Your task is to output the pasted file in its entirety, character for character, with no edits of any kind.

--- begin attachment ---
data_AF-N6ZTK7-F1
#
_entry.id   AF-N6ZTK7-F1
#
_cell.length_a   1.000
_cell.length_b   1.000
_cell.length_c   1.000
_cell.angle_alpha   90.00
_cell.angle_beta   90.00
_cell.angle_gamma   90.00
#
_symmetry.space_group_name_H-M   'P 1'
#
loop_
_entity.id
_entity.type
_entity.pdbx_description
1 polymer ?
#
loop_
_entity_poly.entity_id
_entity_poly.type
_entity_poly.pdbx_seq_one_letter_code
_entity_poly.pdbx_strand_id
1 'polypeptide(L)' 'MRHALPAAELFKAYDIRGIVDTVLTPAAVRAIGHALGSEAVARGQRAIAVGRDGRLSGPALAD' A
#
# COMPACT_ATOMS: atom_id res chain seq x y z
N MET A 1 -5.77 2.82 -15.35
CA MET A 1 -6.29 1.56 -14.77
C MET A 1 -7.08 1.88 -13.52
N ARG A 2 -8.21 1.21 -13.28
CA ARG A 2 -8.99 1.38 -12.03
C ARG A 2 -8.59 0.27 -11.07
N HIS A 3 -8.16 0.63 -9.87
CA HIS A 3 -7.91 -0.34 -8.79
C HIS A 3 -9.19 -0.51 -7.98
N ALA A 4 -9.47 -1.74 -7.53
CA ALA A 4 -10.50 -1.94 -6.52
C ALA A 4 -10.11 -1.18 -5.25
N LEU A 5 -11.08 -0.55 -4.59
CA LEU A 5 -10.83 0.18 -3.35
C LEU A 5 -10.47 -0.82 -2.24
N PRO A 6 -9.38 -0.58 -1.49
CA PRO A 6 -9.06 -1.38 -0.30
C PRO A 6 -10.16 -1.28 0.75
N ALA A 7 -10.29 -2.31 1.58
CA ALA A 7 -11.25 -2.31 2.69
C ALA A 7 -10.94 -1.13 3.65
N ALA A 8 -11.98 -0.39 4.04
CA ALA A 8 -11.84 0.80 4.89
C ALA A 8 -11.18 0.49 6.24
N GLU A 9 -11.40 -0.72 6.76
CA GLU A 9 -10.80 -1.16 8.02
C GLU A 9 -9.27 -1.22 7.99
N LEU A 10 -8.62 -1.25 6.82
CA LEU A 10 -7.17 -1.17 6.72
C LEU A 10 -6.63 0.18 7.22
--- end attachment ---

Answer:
data_AF-N6ZTK7-F1
#
_entry.id   AF-N6ZTK7-F1
#
_cell.length_a   1.000
_cell.length_b   1.000
_cell.length_c   1.000
_cell.angle_alpha   90.00
_cell.angle_beta   90.00
_cell.angle_gamma   90.00
#
_symmetry.space_group_name_H-M   'P 1'
#
loop_
_entity.id
_entity.type
_entity.pdbx_description
1 polymer ?
#
loop_
_entity_poly.entity_id
_entity_poly.type
_entity_poly.pdbx_seq_one_letter_code
_entity_poly.pdbx_strand_id
1 'polypeptide(L)' 'MRHALPAAELFKAYDIRGIVDTVLTPAAVRAIGHALGSEAVARGQRAIAVGRDGRLSGPALAD' A
#
# COMPACT_ATOMS: atom_id res chain seq x y z
N MET A 1 -5.77 2.82 -15.35
CA MET A 1 -6.29 1.56 -14.77
C MET A 1 -7.08 1.88 -13.52
N ARG A 2 -8.21 1.21 -13.28
CA ARG A 2 -8.99 1.38 -12.03
C ARG A 2 -8.59 0.27 -11.07
N HIS A 3 -8.16 0.63 -9.87
CA HIS A 3 -7.91 -0.34 -8.79
C HIS A 3 -9.19 -0.51 -7.98
N ALA A 4 -9.47 -1.74 -7.53
CA ALA A 4 -10.50 -1.94 -6.52
C ALA A 4 -10.11 -1.18 -5.25
N LEU A 5 -11.08 -0.55 -4.59
CA LEU A 5 -10.83 0.18 -3.35
C LEU A 5 -10.47 -0.82 -2.24
N PRO A 6 -9.38 -0.58 -1.49
CA PRO A 6 -9.06 -1.38 -0.30
C PRO A 6 -10.16 -1.28 0.75
N ALA A 7 -10.29 -2.31 1.58
CA ALA A 7 -11.25 -2.31 2.69
C ALA A 7 -10.94 -1.13 3.65
N ALA A 8 -11.98 -0.39 4.04
CA ALA A 8 -11.84 0.80 4.89
C ALA A 8 -11.18 0.49 6.24
N GLU A 9 -11.40 -0.72 6.76
CA GLU A 9 -10.80 -1.16 8.02
C GLU A 9 -9.27 -1.22 7.99
N LEU A 10 -8.62 -1.25 6.82
CA LEU A 10 -7.17 -1.17 6.72
C LEU A 10 -6.63 0.18 7.22